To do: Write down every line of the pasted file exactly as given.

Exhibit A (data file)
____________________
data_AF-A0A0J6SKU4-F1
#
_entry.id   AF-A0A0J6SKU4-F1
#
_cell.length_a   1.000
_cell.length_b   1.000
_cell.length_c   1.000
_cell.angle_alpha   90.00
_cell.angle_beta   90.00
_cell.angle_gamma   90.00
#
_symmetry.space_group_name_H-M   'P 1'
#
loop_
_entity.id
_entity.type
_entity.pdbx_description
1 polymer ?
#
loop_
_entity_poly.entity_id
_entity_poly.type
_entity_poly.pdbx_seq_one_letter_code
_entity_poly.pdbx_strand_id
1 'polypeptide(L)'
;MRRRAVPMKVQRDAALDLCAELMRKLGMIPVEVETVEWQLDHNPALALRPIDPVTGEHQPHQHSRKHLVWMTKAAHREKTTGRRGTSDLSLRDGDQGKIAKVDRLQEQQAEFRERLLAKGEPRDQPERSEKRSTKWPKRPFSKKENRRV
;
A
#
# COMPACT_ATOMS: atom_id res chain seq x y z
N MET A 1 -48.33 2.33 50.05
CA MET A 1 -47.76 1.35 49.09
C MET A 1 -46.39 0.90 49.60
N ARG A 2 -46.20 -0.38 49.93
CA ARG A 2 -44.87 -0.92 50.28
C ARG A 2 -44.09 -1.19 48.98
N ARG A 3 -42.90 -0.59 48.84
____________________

data_AF-A0A0J6SKU4-F1
#
_entry.id   AF-A0A0J6SKU4-F1
#
_cell.length_a   1.000
_cell.length_b   1.000
_cell.length_c   1.000
_cell.angle_alpha   90.00
_cell.angle_beta   90.00
_cell.angle_gamma   90.00
#
_symmetry.space_group_name_H-M   'P 1'
#
loop_
_entity.id
_entity.type
_entity.pdbx_description
1 polymer ?
#
loop_
_entity_poly.entity_id
_entity_poly.type
_entity_poly.pdbx_seq_one_letter_code
_entity_poly.pdbx_strand_id
1 'polypeptide(L)'
;MRRRAVPMKVQRDAALDLCAELMRKLGMIPVEVETVEWQLDHNPALALRPIDPVTGEHQPHQHSRKHLVWMTKAAHREKTTGRRGTSDLSLRDGDQGKIAKVDRLQEQQAEFRERLLAKGEPRDQPERSEKRSTKWPKRPFSKKENRRV
;
A
#
# COMPACT_ATOMS: atom_id res chain seq x y z
N MET A 1 -48.33 2.33 50.05
CA MET A 1 -47.76 1.35 49.09
C MET A 1 -46.39 0.90 49.60
N ARG A 2 -46.20 -0.38 49.93
CA ARG A 2 -44.87 -0.92 50.28
C ARG A 2 -44.09 -1.19 48.98
N ARG A 3 -42.90 -0.59 48.84